When flattening something (whether that be sharpening, or sanding), you start off with a particle size (or grit) which is coarse enough to remove the existing structures and scratches caused by the tooling.  Depending on how rough the surface is to start will determine what is the correct grit to start with, and you keep working till the original machining marks are replaced completely with the scratches from that original grit. You then move onto the next higher grit, and work to remove the scratches from that previous grit.  Rinse and repeat through all the grit sizes until the final finish quality is achieved.  As you work up the grits, less and less material needs to be removed.  One thing I find annoying, is the manufacturers rate their abrasives based on the average grit size.  The problem with that is although the average is all very well, if you have a few much larger particles, they will cause some individual serious scratches which will remain in the project unless you return to a heavier grit and start again.  The better quality the abrasive, the less of a problem there is.

Oh, and one other myth – rubbing two abrasives together to produce a finer grit is just that – a complete myth. Imagine the individual particles of abrasive as tiny chisels.  Do you get a better, sharper, finer chisel by ramming it into another?  No- all you get is a blunt, chipped or broken edge which renders the tool useless.  Same with abrasives.

So onto the sharpening with diamond.  Diamond chips are just another collection of micro chisels.  These are securely bound in a base of metal for the simple reason that because diamond is so durable, you want to keep the diamond particles around as long as possible.  If they are not worn out, why get rid of them?!

The two diamond stones I chose are double sided.  One has an extra coarse side and a coarse side, and the other stone has a fine and extra fine side.  The equivalent in ISO sandpaper is 240, 320, 600 and 2000.  Unfortunately, I feel this already demonstrates a problem, that too many intermediate grits are being skipped.  400, 800, 1200, 1500.  This may explain why when I was using these stones, I found the final result less than the perfection I was hoping for.  Not a fault of the stones themselves, but more may be needed to really perfect the finish.  The lower two were fine, and the jump from 320 to 600 not too extreme, but going from that to 2000 was too much.  However, once you understand micron sizes, it is easy to switch from one material to another.  In this case, I’d probably stop at the fine diamond stone, and switch over to the Japanese waterstones to finish the process. (1000, 2000 and 6000, or in grit sizes: 14, 7.5 and 2). (Update, I now have a better understanding of the grading of diamond stones from the Q&A with the Technical Director for DMT, which covered this point, and demonstrated that there is much less of a jump in the effective micron sizes than I realised)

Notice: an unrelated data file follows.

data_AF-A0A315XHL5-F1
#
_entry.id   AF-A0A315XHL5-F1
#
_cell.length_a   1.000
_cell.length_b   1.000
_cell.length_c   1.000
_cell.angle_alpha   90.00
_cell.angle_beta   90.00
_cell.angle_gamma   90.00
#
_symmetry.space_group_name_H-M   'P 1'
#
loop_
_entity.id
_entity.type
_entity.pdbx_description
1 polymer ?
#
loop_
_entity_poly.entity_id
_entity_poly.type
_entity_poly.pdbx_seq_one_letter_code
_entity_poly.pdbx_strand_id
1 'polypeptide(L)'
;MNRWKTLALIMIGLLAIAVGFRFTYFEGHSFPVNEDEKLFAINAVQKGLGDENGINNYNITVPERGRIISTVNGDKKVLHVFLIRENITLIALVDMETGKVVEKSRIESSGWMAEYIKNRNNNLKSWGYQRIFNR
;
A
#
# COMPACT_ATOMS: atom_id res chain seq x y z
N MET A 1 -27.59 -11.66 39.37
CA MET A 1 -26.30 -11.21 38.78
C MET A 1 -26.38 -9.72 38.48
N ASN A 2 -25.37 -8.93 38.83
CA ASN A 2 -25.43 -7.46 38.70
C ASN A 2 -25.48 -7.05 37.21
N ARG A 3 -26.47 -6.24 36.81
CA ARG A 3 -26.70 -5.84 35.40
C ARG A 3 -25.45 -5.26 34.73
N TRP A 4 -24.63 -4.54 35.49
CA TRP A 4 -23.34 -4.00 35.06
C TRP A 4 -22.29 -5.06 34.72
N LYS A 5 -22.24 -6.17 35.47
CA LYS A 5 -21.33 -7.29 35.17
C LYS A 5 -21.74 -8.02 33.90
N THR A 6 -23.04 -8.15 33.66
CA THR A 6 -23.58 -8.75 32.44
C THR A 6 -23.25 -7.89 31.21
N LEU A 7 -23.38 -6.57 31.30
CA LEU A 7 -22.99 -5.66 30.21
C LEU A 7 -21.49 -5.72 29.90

Part 2 will document the stones in use.

3 Responses

  1. Appreciate the good words regarding DMT in several of the articles I have found. If there is anything in the way of information I could supply to you or help with any subject matter I would be happy to assist you if I am able to.
    Regards, Stan.

  2. […] Diamond Sharpening (stusshed.com) […]

  3. […] sheets that go from 30µm, down to a miniscule 1µm.  That is the same particle size as the extra-extra fine diamond stone from […]